The scope of Germany’s offerings extends far beyond the country’s most popular exports. From its sweeping vistas to its unique and regional gastronomy, Germany is comprised of regions just waiting to be discovered, which is why we were honored to delve deeper into German culture and cuisine at a recent event in partnership with the German National Tourist Board.
Home to fascinating landscapes, fairytale-like castles, picturesque hills and mountains, and meaningful traditions, Saxony boasts a thousand years of history and culture that’s sure to captivate your travels. The state is located in Germany’s southeast corner, sharing a border with Poland, the Czech Republic, and the state of Bavaria. As Saxony is home to some of the country’s oldest Christmas markets and music festivals, as well as a host of delicious desserts, it’s no surprise that many are proud to reside there and are eager to help people from around the world discover what the area has to offer.
Once a leading industrial region in Germany that attracted businesses and travelers alike, Saxony later fell behind the Iron Curtain during Soviet rule. When Saxony was reunited with the West, the state faced many adjustments, but today, it’s well-known for a myriad of industries including hand-crafted goods and car manufacturing, and an increasing number of travelers are discovering the attractions and traditions that drew international crowds to Saxony years before.
One of the most popular times to visit Saxony is during the Christmas season, when the state transforms into a true winter wonderland. Both Christmas and outdoor enthusiasts will fall in love with the Ore Mountains (Erzgebirge), where they’ll find many seasonal markets and festivals — one of the most famous being Scharfensteiner Adventszauber, a Christmas market at Scharfenstein Castle known for its twinkling lights, incredible food, and trombone bands playing festive music. The Ore Mountain region is also home to the wooden-toy industry. This beloved craft is a tradition that has been preserved and passed down for centuries, and these artisan ornaments, figurines, and knick knacks continue to attract travelers from around the world. Though the region is magical around Christmas time, its hiking opportunities and museums make it an entertaining place to visit during any season.
The oldest Christmas market in all of Germany is Dresden’s Striezelmarkt. But the city is also well-known for another centuries-old tradition: Stollenfest, an event centered on Dresden’s famous Christmas cake (stollen). During the festivities, crowds celebrate the traditions surrounding this baked good with a parade and a giant variation of the dessert.
The region also hosts many different music festivals throughout the year, including Bachfestival Leipzig, a classical music festival in Leipzig honoring Johann Sebastian Bach; the International Dixieland Festival, a popular jazz festival in Dresden; and the Dresden Music Festival, which features both soloists and orchestras. But music has even deeper roots in Saxony’s history and culture. Even if you happen to visit at a time when a music festival isn’t taking place, you’ll still be able to experience the region’s musical heritage through venues like the Semper Opera House and the Gewandhaus Concert Hall.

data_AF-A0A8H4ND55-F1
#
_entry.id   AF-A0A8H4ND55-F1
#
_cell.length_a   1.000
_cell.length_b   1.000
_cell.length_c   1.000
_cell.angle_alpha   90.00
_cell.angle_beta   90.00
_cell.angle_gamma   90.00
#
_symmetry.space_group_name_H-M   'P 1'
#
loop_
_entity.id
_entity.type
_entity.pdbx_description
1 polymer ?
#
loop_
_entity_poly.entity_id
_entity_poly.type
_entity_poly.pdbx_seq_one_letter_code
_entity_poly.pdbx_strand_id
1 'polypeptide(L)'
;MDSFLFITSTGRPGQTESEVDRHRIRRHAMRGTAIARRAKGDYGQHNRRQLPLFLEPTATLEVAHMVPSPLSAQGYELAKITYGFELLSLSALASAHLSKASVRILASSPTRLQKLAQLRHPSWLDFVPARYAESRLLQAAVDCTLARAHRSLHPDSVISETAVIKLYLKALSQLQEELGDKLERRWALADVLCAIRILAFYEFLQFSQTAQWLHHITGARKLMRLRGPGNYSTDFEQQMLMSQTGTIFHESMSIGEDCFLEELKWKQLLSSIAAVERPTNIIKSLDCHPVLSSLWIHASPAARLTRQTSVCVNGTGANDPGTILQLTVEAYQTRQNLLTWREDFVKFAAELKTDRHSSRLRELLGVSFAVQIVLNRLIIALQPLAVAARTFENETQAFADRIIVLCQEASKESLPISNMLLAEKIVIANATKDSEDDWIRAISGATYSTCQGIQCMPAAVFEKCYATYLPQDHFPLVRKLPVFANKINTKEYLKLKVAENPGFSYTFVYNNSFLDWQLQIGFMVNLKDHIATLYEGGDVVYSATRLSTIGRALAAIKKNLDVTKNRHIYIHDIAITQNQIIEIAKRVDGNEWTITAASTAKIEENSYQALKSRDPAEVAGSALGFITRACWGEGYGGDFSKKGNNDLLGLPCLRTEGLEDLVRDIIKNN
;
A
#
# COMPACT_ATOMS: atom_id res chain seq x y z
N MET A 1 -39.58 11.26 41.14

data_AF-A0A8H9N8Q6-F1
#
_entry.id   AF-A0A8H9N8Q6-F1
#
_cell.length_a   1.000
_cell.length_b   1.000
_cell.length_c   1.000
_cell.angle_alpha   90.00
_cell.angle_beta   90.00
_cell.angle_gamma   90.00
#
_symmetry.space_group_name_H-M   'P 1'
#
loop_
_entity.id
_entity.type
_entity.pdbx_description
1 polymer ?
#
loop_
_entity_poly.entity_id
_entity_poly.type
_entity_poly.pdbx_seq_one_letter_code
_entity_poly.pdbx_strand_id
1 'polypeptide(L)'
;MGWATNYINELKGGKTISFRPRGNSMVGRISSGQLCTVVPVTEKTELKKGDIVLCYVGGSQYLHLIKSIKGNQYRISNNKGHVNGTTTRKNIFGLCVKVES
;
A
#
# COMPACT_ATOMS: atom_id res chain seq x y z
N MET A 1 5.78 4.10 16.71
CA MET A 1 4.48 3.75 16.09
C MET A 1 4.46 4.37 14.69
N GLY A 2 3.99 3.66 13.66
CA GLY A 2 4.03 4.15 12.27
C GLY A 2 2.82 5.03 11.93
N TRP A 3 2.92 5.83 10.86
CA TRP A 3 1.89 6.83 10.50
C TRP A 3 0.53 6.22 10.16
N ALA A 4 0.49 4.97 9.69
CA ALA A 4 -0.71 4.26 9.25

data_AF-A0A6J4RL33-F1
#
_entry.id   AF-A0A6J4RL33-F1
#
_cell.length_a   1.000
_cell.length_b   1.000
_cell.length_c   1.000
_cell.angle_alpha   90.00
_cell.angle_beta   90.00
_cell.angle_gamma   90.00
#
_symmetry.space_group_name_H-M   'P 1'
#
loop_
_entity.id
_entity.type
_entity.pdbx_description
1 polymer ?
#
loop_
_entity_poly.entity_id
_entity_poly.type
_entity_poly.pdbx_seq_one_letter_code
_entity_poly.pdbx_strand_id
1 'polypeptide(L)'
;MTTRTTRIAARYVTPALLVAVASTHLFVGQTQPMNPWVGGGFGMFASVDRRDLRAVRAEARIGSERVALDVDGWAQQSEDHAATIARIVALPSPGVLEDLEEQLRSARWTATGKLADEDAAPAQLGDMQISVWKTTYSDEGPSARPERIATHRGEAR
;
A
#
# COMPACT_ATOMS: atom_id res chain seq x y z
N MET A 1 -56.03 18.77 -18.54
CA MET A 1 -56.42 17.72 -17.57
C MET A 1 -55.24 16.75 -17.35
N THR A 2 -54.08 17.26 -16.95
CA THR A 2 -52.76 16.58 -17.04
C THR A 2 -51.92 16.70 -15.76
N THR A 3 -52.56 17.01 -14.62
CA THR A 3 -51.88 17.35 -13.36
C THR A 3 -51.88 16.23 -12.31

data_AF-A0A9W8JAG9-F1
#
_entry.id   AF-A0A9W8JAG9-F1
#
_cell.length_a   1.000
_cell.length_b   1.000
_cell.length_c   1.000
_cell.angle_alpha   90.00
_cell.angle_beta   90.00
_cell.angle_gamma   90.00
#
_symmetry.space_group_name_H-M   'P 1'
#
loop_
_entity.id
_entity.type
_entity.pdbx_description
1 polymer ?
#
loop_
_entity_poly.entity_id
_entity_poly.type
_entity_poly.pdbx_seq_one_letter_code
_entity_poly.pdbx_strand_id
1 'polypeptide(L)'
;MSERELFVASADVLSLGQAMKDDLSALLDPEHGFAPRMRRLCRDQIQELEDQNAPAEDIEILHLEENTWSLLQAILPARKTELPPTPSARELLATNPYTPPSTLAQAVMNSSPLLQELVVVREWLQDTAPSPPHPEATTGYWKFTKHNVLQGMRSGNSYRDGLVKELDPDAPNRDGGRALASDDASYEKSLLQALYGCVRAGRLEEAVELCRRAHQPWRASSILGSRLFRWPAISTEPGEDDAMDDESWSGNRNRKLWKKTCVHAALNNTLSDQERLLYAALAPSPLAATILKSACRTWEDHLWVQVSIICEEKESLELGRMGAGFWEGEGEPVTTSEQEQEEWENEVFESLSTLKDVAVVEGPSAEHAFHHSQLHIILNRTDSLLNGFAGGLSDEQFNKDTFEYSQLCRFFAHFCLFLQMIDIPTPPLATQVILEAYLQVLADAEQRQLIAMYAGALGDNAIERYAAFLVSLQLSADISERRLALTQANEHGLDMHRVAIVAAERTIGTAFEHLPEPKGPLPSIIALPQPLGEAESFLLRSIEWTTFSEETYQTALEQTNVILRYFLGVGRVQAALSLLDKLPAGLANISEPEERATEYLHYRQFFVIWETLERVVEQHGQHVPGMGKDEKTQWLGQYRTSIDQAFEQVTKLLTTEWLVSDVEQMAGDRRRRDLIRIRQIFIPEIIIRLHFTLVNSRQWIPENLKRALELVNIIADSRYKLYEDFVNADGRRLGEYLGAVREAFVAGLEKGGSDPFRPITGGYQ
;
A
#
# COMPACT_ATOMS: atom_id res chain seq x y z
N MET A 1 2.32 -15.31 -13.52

The charming city of Dresden is the capital of Saxony and is surrounded by age-old castles. In addition, Meissen, a town that’s famous for manufacturing porcelain, is located just a short ride away. Saxon Switzerland National Park is located just southeast of Dresden and offers many opportunities for hiking and climbing, as well as beautiful rock formations and waterfalls. Also located near Saxony’s capital is Königstein Fortress, one of the state’s most popular attractions. The hilltop fortress boasts incredible views of Saxon Switzerland National Park, but for more magnificent, Instagram-worthy views, visit Kromlau Park — an area known for lush gardens and the famous arched Rakotzbrücke bridge that reflects off of the lake to look like a complete circle.
But, of course, it would be impossible to fully experience Saxony without tasting its food. Since its capital city is famous for its Christmas treats, it’s not surprising that cake and coffee are significant traditions throughout the region. Made of dried fruits, spices, and nuts, Dresden’s stollen is one of Saxony’s most popular foods, though you’ll also find an array of other baked goods throughout the state. Another regional specialty dessert is eierschecke — a layered cake comprised of a crust, a middle layer with a vanilla flavored custard, and a top layer of eggs, butter, sugar and pudding — that pairs well with coffee. Since Saxony’s food offerings have been influenced by various regions, the foods tend to be hearty and diverse. Other famed regional dishes include buttermilchgetzen (potato pancakes) and griene gliese (potato dumplings).
At our events in Los Angeles and New York, we sampled some of the above fare, as well as that from various states in Germany. To honor the tradition of Saxon cuisine, we’re sharing the following recipe, which we invite you to try at home.
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This content was produced in partnership with German National Tourism.